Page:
As part of its continuing effort to grow its at-home health services business, electronics retailer Best Buy acquired remote monitoring company Critical Signal Technologies last month.
Financial terms of the deal were not disclosed.
Critical Signals Technologies is a Novi, Michigan-based company that provides remote patient monitoring services meant to help seniors and people with disabilities live independently, avoid unnecessary hospitalization and manage their chronic disease.
Founded in 2006 by Jeffrey Prough, the company offers a range of services including at-home wellness coaching, medication management, telehealth services and in-home vital sign monitoring.
CST provides services nationwide to more than 100,000 patients and has partnerships with 1,500 payers. In 2009, the company acquired Link to Life, an emergency home response company that also provides transportation and continuing care services.
Best Buy’s acquisition of CST builds on the company’s $800 million purchase of Great Call last year, which served to steer the company’s business in a strategic direction towards providing technology products, services and solutions to the aging population.
Earlier this year, the company partnered with startup TytoCare to become the first major retail distributor for its at-home self examination telehealth devices.
“We are excited about the prospects of combining CST’s services and relationships with the existing GreatCall business,” outgoing Best Buy CEO Hubery Joly said during company’s first quarter earnings call.
“More broadly, this tuck-in acquisition, together with GreatCall, complements our existing capabilities like Geek Squad and In-Home Advisors to better serve both the seniors in their home and those who support them like payers and providers.”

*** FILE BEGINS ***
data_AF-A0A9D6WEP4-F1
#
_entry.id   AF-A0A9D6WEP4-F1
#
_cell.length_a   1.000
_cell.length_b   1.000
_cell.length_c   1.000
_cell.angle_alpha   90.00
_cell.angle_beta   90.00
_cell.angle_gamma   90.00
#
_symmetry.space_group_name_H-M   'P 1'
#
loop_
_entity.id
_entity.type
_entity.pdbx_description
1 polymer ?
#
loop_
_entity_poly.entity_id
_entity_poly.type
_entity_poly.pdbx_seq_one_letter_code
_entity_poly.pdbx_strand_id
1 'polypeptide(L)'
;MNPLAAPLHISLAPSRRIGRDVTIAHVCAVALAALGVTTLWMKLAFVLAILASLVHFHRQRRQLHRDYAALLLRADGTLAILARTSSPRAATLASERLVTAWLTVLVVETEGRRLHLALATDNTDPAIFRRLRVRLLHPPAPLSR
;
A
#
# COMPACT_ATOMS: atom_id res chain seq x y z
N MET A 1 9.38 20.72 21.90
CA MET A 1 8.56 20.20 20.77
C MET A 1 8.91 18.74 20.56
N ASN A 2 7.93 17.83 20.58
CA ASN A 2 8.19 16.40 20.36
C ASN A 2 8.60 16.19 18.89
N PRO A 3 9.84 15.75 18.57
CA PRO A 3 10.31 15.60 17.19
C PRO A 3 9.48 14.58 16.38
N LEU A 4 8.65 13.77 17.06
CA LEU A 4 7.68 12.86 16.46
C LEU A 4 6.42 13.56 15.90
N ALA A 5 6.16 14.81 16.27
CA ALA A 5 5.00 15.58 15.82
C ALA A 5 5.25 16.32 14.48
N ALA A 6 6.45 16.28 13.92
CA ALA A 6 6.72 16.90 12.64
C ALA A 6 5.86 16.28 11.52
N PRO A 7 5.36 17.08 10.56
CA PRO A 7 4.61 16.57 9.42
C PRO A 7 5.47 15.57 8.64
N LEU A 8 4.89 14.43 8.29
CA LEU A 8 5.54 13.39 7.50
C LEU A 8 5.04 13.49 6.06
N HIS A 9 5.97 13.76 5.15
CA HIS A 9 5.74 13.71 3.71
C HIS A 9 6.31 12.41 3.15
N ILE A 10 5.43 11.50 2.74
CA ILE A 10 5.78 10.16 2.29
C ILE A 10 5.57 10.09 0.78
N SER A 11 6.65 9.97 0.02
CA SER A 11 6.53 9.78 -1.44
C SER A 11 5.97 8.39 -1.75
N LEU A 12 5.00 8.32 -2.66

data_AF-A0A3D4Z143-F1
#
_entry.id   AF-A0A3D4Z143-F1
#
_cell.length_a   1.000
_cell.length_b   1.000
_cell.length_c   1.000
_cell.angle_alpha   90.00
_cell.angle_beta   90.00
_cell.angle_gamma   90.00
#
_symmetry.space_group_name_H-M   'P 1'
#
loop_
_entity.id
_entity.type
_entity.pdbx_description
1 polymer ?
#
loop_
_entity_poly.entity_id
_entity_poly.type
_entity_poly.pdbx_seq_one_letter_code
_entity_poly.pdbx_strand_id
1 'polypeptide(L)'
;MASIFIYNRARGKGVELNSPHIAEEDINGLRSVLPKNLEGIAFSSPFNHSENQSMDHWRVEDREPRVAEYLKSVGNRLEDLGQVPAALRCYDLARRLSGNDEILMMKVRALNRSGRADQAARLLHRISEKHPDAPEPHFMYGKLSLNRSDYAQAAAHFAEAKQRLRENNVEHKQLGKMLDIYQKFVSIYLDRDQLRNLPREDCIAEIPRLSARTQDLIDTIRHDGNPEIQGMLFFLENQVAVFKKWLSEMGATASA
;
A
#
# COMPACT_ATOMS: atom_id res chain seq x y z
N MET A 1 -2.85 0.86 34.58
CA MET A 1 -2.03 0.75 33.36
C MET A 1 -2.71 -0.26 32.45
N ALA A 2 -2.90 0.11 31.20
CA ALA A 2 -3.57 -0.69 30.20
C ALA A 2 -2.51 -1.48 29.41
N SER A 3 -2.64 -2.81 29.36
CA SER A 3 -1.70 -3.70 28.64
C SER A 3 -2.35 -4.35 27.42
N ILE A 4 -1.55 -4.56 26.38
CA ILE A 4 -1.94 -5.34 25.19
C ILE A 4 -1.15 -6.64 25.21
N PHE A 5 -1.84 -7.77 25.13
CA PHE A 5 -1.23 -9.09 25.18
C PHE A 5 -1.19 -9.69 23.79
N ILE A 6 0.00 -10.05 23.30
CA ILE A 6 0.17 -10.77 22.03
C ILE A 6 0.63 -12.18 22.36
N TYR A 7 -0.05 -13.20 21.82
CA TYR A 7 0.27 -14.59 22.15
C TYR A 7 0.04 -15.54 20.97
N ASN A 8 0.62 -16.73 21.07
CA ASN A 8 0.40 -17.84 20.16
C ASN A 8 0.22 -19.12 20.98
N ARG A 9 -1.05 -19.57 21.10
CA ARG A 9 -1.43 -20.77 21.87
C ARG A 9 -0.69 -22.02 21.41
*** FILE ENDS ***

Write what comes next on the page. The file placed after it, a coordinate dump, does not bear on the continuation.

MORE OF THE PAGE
Joly pointed to CST’s existing book of business with Medicare Advantage patients as a potential avenue of growth for Best Buy’s relationships with insurers.
Among the company’s publicly announced healthcare partnerships are a five-year contract with Senior Whole Health of Massachusetts to provide in-home passive monitoring services for high-risk seniors and a partnership with long-term care insurer CNA to provide Great Call’s in-home passive remote monitoring solution and medical alert device to policyholders.
Joly’s replacement, Corie Barry, who currently serves as CFO and strategic transformation officer, said she considered a health a “longer term value driver” for the company and outlined how the company’s technology products and services model is aligned with supporting older Americans.
“We are agnostic across ecosystems, so we will help you with whatever technology you already have or whatever technology you want to put in,” Barry said. “And as we bring on GreatCall’s assets, their ability to help us with the human touch combined with more predictive analytics, it becomes very powerful because then you not only start to see major medical events might happen, but we have some of that human intervention that also is helpful.”
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